Stop using smartphones to navigate mountains, warn Mountain Rescue

Rescue -

Stop using smartphones to navigate mountains, warn Mountain Rescue

With a powerful smartphone in each of our pockets and the ability to download maps onto them the smartphone has been both a life saver and killer for many people venturing in the hills. Stop using smartphones to navigate mountains, warn Mountain Rescue.

Back in 2015 the BMC where warning people not to use their mobile phones to navigate with in the hills

Coniston Mountain Rescue Team warned walkers not to rely too heavily on their mobiles for navigation.

The team cited a spate of recent callouts involving people using battery-draining GPS mapping technology - one man who got lost near Langdale in January last year was using a photograph of a map stored on his phone. With mobile navigation increasingly being seen by walkers as a replacement for the traditional map and compass, are other mountain rescue teams concerned?

“Navigating with a mobile is a big no-no”

Langdale/Ambleside Mountain Rescue Team also stated - Mobile phones have, without doubt, contributed to saving people's lives in the mountain environment. However they have also been misused and abused and led to much time-wasting for voluntary mountain rescue teams.

If you're taking your phone with you for emergencies, then make sure it's fully charged. If it's a smart phone, and you spend the day using its features, then it is quite likely it won't have enough battery power to use it later in the day in an emergency. Be careful if using apps for navigation.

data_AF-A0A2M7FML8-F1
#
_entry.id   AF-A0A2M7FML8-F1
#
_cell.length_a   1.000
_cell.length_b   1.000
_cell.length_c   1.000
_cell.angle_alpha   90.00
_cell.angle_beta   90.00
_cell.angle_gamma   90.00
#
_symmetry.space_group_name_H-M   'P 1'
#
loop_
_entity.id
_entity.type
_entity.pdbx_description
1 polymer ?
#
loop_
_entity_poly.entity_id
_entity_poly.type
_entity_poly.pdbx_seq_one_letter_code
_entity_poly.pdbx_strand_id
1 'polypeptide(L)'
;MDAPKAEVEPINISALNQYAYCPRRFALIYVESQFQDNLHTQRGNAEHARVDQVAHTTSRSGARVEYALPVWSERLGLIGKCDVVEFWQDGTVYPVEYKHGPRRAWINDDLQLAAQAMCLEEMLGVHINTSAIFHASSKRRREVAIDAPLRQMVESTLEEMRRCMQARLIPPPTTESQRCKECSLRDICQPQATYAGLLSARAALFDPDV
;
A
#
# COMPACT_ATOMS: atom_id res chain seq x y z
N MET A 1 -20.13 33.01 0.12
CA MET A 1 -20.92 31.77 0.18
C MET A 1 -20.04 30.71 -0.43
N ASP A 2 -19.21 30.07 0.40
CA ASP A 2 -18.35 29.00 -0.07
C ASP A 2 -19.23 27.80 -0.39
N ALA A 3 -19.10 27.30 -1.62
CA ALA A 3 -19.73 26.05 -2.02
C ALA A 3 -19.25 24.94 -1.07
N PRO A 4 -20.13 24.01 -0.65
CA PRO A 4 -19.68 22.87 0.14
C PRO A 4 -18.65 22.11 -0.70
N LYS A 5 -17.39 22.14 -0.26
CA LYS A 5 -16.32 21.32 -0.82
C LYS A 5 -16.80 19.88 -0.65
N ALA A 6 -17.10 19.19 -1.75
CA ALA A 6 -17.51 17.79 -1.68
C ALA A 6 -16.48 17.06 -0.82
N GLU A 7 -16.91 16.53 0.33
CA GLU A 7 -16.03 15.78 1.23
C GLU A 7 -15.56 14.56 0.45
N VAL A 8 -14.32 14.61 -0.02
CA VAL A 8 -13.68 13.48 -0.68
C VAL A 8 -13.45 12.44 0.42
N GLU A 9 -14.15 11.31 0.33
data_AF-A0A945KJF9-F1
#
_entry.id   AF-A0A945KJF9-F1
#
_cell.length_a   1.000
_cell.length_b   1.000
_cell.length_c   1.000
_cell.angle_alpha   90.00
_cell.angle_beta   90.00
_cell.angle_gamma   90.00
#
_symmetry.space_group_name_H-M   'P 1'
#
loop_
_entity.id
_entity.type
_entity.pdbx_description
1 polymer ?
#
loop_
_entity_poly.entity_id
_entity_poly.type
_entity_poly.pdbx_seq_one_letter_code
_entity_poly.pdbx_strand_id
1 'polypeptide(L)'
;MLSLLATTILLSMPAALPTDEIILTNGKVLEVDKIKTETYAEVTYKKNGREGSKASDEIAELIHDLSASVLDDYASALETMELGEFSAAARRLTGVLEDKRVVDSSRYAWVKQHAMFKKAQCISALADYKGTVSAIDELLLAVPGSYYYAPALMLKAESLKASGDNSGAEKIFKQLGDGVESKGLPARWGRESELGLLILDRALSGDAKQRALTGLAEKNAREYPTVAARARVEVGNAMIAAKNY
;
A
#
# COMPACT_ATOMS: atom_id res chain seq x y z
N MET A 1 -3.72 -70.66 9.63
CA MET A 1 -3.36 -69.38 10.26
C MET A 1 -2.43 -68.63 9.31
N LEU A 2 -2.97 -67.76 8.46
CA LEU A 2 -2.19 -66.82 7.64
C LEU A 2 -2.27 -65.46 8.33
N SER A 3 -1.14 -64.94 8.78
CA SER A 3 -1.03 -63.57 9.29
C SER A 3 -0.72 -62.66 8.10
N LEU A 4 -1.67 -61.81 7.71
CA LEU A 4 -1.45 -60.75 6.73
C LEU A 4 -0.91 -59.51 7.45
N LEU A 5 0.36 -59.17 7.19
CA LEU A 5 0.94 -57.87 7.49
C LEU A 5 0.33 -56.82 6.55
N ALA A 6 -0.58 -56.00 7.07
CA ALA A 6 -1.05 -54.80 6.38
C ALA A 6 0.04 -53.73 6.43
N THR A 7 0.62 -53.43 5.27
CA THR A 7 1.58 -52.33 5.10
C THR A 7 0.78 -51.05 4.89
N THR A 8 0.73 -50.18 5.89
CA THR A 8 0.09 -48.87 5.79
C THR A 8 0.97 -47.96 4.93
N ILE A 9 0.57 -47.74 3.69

The Telegraph in 2016 led with a headline - Lake District walkers who rely on smartphones rather than maps blamed for record mountain rescue call-outs. Rescuers spoke of their "shock" at how walkers lack "basic" outdoors skills and use mobile phone GPS instead of a map and compass.

Then in 2018, the Metro newspaper led with a piece -

Rescuers have advised people to stop using their smartphones to navigate mountains so they don’t have to keep on saving them.

Members of the Cairngorm and Braemar mountain rescue teams had to find two walkers after they got into trouble near Ben Macdui in the Cairngorms, Scotland. Full article here

Even through the 2020 summer rescuers plea for help

Cumbria Police and the Lake District’s Mountain Rescue Team’s saw a tidal wave of avoidable rescues that is putting a real strain on our volunteer team members. In one week they had 19 callouts in the Lake District with a focus on the Wasdale team with 9 of these incidents. Wasdale Mountain Rescue Team cover Scafell Pike, the highest mountain in England and a magnet for walkers and climbers. Many of our walkers and climbers are very experienced and know exactly what they are doing. However, 11 of the callouts were truly avoidable with inexperienced and ill prepared walkers finding themselves in serious, life threatening trouble being either missing or lost.

Cumbria Police have also commented that many are dialling in ‘999’ calls with as little as 1% battery remaining on their mobile phones. This means that after the initial call their battery dies and the mountain rescue team cannot get back to them which makes finding them a bigger challenge requiring more numbers of the volunteers. Many are relying on smart phone mapping apps which drain batteries and no back up - source here

Further reading

1. How waterproof is an outdoor GPS unit

2. Going off grid - your options

3. What happens if you do press it the SOS button on the Garmin inReach satellite communicator?

4. The Best Outdoor GPS units


  • Simon Brown

    John the walker, that’s a bit harsh, summing an article up after reading the last sentence. Perhaps we should concentrate a little more on the MRT saying they are – “shocked” at how walkers lack “basic” outdoors skills and use mobile phone GPS instead of a map and compass.

  • John the walker

    What a stupid post! It should read ‘bring a power bank’

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